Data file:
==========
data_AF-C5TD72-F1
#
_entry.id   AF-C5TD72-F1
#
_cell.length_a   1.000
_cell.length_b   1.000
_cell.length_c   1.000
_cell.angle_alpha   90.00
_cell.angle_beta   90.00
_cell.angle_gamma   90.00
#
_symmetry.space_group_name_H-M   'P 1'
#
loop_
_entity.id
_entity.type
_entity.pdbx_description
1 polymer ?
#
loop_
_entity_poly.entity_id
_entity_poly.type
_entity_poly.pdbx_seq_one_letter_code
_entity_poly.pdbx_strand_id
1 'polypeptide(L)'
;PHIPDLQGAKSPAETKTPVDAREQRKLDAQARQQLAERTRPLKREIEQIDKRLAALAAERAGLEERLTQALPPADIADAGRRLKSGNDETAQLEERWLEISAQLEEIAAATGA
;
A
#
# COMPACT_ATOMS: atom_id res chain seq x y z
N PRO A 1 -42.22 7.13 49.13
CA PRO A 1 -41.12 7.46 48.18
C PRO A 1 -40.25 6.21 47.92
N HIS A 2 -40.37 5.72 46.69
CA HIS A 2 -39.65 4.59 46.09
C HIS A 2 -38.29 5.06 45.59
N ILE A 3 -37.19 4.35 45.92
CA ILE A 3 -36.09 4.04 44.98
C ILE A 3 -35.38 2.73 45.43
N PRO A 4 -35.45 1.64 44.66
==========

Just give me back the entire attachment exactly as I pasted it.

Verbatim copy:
data_AF-C5TD72-F1
#
_entry.id   AF-C5TD72-F1
#
_cell.length_a   1.000
_cell.length_b   1.000
_cell.length_c   1.000
_cell.angle_alpha   90.00
_cell.angle_beta   90.00
_cell.angle_gamma   90.00
#
_symmetry.space_group_name_H-M   'P 1'
#
loop_
_entity.id
_entity.type
_entity.pdbx_description
1 polymer ?
#
loop_
_entity_poly.entity_id
_entity_poly.type
_entity_poly.pdbx_seq_one_letter_code
_entity_poly.pdbx_strand_id
1 'polypeptide(L)'
;PHIPDLQGAKSPAETKTPVDAREQRKLDAQARQQLAERTRPLKREIEQIDKRLAALAAERAGLEERLTQALPPADIADAGRRLKSGNDETAQLEERWLEISAQLEEIAAATGA
;
A
#
# COMPACT_ATOMS: atom_id res chain seq x y z
N PRO A 1 -42.22 7.13 49.13
CA PRO A 1 -41.12 7.46 48.18
C PRO A 1 -40.25 6.21 47.92
N HIS A 2 -40.37 5.72 46.69
CA HIS A 2 -39.65 4.59 46.09
C HIS A 2 -38.29 5.06 45.59
N ILE A 3 -37.19 4.35 45.92
CA ILE A 3 -36.09 4.04 44.98
C ILE A 3 -35.38 2.73 45.43
N PRO A 4 -35.45 1.64 44.66